Commentary: Putting food prices in perspective
Editor's note: The following commentary was written by Gene Hall, Public Relations Director for the Texas Farm Bureau and published on the Texas Agriculture Talks website.
Here in Texas, we nervously watch the skies and the weather reports to see if we can get a clue as to how much rain we’ll get soon and even later on. When a Texan tells you, “What a beautiful day!,” chances are it’s raining.
What does this mean for food prices? I get asked that all the time, and the truth is, I don’t know. It won’t surprise you that I do have an opinion. I think we’ll be okay. Not perfect, but okay.
I’ve also been asked several times to describe the great Texas drought of 2011. I’ve got that distilled to a single word: Epic. It was the worst ever. In 2012, other parts of the country like the Midwest saw a carbon copy of that. We felt especially sorry for them. They are not used to it like we are.
Because of that two-year event, some experts are predicting food price increases of as much as 4 percent. That’s not good news. But remember, that is 4 percent of the 10 PERCENT of disposable income we pay on average for food in this country. For most of us, that’s a minor inconvenience. It doesn’t take away the sting of folks in unfortunate circumstances who do not have enough to eat. The Texas Farm Bureau is allied with a group called Feeding America. They and I would sure appreciate your help.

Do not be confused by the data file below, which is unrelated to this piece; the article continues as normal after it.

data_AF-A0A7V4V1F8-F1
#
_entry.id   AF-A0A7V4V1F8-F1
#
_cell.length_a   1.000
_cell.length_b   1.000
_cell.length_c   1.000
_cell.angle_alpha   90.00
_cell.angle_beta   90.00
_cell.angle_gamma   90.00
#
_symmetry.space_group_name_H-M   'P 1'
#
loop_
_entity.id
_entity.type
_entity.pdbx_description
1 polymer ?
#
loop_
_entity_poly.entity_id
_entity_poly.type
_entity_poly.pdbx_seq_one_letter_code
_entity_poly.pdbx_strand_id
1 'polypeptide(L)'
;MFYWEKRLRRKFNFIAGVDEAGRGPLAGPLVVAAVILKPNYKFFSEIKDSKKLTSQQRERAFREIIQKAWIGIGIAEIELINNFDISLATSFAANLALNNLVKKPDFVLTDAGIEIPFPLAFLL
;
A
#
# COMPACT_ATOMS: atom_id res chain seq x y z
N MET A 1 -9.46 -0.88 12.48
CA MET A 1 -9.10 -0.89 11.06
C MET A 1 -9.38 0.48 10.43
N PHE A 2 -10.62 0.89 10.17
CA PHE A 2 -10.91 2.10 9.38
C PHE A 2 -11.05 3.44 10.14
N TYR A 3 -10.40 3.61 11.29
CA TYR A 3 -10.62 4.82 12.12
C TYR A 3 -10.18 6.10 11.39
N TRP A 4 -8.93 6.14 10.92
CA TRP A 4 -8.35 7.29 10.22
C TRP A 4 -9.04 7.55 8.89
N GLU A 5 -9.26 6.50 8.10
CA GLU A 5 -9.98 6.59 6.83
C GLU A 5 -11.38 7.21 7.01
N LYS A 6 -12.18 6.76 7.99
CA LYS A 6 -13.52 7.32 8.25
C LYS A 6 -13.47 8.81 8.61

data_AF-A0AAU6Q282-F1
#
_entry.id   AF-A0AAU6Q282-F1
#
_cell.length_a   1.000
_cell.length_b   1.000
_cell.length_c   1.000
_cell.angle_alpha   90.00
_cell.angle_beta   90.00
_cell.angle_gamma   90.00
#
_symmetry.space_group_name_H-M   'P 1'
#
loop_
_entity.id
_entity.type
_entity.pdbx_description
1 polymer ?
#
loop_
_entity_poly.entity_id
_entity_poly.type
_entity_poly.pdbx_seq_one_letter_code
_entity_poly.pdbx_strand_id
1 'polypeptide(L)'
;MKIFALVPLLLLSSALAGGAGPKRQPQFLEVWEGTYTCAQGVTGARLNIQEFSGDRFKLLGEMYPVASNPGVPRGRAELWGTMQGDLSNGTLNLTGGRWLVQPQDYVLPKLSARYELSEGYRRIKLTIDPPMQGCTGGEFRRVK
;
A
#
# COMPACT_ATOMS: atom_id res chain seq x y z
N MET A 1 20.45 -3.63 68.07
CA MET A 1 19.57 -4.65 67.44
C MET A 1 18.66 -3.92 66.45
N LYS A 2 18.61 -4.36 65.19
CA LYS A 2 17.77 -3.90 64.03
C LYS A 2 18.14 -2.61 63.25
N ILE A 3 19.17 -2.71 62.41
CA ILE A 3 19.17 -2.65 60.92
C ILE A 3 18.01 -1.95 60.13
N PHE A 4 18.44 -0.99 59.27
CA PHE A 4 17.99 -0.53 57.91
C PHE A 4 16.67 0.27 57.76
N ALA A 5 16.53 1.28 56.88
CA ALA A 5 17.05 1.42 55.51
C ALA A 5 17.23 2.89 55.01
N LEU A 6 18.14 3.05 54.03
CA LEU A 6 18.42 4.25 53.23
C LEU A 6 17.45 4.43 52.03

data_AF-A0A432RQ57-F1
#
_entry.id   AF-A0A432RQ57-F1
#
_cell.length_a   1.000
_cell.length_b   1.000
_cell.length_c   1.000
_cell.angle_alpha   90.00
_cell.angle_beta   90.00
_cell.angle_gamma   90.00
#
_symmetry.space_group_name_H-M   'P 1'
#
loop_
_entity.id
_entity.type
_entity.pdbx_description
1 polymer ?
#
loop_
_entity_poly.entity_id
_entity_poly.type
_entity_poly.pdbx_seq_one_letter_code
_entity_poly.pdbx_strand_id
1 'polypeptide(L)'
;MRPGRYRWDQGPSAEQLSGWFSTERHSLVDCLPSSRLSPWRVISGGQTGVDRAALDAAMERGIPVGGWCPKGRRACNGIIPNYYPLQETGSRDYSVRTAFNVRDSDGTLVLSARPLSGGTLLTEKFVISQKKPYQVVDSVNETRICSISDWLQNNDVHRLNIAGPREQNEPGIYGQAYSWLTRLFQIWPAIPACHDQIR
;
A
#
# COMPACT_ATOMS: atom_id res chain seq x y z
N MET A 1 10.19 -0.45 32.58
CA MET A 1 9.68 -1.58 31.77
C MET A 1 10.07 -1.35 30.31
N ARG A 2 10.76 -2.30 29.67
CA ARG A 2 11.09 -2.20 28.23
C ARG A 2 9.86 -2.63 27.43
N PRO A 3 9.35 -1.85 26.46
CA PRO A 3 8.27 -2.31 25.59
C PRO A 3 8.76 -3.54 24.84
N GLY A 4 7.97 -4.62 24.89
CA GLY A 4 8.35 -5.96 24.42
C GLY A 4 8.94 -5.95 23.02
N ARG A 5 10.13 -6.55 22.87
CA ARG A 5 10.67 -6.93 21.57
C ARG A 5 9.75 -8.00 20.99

For those who must make every nickel count, it’s also good news that our agriculture capacity in the U.S. has not yet “topped out.” We can do more as long as America’s farmers and ranchers are reasonably free to use the technology that makes it possible.
I hope I’m not talking about “the epic drought of 2013″ in a few weeks. That could change a lot of things. But again, if we don’t handicap our farmers and ranchers with silly rules and block the road to technological advances, I think we’ll be okay.
Having enough to eat is so very basic and yet something we should never take for granted.
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